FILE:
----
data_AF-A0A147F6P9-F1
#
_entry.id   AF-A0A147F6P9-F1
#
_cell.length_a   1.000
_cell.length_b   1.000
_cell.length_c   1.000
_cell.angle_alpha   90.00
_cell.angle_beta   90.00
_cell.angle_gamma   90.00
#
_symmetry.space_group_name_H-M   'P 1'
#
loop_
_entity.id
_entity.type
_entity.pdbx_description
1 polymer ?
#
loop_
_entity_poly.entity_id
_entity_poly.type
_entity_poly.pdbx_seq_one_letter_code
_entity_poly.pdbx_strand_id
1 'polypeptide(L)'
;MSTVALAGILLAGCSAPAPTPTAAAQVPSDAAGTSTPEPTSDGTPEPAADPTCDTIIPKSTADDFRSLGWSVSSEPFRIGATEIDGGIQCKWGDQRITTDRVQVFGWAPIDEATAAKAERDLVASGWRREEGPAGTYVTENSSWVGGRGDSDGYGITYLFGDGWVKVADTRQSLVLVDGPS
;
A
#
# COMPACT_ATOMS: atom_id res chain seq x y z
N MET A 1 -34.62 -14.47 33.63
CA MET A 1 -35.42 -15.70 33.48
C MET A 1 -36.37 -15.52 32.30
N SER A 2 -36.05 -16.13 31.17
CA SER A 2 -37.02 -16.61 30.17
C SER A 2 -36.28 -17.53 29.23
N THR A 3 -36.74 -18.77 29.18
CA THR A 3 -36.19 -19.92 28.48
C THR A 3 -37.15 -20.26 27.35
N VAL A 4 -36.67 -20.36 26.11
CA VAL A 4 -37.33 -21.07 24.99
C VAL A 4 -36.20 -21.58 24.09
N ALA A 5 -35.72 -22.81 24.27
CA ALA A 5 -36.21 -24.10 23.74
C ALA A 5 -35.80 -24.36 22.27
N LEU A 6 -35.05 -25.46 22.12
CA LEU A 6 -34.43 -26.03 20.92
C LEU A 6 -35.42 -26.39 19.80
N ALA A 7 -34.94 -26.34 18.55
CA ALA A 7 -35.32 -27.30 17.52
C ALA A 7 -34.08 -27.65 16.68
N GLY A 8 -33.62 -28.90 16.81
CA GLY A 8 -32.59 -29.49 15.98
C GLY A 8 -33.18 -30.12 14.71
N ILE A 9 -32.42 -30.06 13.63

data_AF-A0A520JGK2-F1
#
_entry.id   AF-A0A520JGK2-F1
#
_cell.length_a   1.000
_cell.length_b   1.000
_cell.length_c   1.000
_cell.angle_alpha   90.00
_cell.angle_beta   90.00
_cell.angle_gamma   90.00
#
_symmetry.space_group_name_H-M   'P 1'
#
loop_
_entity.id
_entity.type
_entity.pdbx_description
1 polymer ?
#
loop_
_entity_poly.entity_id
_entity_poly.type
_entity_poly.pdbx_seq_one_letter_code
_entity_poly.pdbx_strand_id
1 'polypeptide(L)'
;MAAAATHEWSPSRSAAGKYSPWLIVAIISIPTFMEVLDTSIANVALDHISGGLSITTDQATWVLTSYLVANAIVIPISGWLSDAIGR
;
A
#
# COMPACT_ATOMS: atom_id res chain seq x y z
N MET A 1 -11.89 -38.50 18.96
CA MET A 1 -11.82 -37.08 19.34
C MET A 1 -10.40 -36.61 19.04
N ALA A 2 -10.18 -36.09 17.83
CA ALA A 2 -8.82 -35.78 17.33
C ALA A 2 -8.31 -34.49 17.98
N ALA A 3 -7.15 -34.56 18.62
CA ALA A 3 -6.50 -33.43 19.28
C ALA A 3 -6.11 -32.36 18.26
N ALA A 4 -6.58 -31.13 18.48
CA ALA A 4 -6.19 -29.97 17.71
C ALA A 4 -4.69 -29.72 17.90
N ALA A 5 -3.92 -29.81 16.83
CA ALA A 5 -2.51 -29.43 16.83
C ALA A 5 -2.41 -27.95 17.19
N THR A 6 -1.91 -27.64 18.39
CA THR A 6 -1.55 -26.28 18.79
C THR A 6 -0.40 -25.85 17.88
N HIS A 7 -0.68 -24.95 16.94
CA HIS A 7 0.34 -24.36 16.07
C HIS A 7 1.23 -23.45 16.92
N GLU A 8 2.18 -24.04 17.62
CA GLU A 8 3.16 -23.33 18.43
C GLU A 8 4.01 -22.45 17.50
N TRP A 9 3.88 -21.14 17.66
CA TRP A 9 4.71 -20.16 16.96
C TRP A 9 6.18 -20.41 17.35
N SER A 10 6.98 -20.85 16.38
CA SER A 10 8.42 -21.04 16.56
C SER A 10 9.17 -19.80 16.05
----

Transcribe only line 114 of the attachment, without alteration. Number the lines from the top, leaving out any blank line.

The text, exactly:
CA SER A 10 8.42 -21.04 16.56